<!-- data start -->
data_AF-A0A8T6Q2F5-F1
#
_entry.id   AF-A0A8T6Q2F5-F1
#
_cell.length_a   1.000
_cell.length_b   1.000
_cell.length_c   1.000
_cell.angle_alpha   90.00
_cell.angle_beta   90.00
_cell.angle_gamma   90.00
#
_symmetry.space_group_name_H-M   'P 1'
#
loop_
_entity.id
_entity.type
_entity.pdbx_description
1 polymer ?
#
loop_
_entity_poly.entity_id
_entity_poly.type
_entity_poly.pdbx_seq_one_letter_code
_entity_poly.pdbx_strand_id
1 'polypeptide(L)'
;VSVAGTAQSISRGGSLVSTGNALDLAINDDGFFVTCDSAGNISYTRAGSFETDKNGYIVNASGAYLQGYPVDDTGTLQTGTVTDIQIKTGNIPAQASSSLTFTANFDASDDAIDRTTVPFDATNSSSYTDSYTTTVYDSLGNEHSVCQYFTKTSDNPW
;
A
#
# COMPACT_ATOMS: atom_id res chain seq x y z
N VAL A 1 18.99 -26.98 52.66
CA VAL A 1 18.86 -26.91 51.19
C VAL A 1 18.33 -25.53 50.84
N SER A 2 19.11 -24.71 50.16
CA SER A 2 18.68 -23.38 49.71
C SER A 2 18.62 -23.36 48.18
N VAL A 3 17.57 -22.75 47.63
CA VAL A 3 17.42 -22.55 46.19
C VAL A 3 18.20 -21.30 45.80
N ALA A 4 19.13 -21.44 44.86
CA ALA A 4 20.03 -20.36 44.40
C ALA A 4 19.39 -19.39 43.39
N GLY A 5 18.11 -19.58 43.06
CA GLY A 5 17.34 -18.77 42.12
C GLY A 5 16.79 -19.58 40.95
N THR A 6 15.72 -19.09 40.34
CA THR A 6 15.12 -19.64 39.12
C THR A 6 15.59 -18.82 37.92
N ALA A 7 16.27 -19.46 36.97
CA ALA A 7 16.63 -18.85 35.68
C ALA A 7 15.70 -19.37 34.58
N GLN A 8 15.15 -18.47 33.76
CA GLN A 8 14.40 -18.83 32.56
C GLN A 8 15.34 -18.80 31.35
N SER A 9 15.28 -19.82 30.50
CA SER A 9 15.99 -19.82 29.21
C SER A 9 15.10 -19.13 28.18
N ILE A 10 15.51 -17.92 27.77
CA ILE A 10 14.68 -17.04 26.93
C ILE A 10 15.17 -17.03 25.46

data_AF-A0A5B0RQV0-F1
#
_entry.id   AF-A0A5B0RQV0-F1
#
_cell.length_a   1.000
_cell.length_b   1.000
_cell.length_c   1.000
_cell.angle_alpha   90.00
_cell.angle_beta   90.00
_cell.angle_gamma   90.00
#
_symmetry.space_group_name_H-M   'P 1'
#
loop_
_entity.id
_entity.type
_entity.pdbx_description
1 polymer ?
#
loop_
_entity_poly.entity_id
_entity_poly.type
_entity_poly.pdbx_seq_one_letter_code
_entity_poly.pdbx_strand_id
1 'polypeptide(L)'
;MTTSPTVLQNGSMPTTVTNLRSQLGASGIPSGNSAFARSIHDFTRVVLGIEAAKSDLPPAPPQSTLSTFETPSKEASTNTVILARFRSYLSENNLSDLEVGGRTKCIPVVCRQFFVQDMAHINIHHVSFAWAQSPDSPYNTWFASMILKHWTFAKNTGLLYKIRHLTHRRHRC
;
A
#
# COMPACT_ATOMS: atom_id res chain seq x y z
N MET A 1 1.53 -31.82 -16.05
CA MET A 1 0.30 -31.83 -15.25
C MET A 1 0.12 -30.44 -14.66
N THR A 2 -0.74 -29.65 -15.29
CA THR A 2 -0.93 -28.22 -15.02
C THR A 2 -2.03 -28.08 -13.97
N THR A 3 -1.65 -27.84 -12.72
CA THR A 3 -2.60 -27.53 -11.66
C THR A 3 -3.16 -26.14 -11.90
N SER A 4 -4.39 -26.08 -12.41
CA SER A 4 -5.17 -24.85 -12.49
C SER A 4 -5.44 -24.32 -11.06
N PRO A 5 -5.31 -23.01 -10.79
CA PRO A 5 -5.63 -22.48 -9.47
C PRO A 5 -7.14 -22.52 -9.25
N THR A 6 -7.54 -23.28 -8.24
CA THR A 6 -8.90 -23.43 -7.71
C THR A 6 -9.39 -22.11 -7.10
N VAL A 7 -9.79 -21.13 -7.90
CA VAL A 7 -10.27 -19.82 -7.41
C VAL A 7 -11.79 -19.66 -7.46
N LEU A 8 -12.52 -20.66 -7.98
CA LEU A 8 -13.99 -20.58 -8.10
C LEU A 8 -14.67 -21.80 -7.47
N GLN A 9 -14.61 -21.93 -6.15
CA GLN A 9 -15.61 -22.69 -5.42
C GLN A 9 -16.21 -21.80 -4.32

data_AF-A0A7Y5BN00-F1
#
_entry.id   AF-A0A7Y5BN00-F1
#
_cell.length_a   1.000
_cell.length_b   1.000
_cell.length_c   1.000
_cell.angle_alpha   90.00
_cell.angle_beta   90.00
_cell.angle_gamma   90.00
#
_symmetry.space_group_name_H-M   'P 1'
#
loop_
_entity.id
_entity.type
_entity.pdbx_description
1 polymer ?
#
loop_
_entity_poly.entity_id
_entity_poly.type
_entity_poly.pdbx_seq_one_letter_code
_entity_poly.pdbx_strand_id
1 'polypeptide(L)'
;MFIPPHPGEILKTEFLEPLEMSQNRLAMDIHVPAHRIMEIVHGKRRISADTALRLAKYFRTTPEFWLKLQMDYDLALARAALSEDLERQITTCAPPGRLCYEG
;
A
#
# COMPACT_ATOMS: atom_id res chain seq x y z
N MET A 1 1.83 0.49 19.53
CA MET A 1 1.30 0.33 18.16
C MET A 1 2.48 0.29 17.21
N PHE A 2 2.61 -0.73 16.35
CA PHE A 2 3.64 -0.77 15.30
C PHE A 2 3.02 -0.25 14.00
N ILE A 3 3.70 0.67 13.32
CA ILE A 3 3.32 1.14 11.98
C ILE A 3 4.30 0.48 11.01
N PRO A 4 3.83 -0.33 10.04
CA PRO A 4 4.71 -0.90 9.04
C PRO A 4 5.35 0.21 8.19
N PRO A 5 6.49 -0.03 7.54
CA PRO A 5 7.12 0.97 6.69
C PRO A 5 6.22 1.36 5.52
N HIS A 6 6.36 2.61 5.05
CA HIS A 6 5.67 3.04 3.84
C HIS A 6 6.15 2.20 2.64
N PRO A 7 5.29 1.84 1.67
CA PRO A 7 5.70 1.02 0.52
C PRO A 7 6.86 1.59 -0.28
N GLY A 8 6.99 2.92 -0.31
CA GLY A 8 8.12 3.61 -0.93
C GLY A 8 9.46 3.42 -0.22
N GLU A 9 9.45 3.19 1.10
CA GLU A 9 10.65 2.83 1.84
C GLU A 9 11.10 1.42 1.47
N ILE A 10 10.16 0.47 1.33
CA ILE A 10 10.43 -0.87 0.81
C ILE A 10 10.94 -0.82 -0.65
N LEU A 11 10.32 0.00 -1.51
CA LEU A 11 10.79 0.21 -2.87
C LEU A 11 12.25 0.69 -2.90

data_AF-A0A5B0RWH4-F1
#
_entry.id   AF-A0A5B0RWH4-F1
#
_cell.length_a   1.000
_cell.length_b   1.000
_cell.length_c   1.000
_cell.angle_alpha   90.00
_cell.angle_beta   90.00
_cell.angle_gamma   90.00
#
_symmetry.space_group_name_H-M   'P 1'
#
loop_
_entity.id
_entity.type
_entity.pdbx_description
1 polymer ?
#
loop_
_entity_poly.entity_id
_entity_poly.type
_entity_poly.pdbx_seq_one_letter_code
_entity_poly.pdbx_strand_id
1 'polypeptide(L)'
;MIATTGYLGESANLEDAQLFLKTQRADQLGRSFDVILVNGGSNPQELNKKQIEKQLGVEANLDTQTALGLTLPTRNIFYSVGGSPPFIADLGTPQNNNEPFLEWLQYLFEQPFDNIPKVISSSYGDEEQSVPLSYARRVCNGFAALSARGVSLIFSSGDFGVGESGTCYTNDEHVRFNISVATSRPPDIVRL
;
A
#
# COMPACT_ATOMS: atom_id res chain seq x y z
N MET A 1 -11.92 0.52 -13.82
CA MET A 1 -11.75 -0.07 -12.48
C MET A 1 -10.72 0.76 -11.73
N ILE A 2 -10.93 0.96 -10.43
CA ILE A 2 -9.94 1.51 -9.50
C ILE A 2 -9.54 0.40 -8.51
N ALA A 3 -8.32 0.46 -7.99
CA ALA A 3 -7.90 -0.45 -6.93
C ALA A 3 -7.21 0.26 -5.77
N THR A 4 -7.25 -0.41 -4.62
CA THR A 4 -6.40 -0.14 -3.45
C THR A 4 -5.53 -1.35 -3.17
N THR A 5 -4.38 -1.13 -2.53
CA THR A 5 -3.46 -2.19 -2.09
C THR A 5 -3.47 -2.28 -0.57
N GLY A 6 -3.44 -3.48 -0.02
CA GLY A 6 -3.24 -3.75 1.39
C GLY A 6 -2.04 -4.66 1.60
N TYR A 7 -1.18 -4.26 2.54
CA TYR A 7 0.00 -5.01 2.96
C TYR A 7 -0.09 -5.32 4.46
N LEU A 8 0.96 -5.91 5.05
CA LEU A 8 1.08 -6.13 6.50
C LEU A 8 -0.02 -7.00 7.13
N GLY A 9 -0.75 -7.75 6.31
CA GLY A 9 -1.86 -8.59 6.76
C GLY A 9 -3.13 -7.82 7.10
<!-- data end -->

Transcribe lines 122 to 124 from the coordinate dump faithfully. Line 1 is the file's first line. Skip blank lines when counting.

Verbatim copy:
_cell.length_a   1.000
_cell.length_b   1.000
_cell.length_c   1.000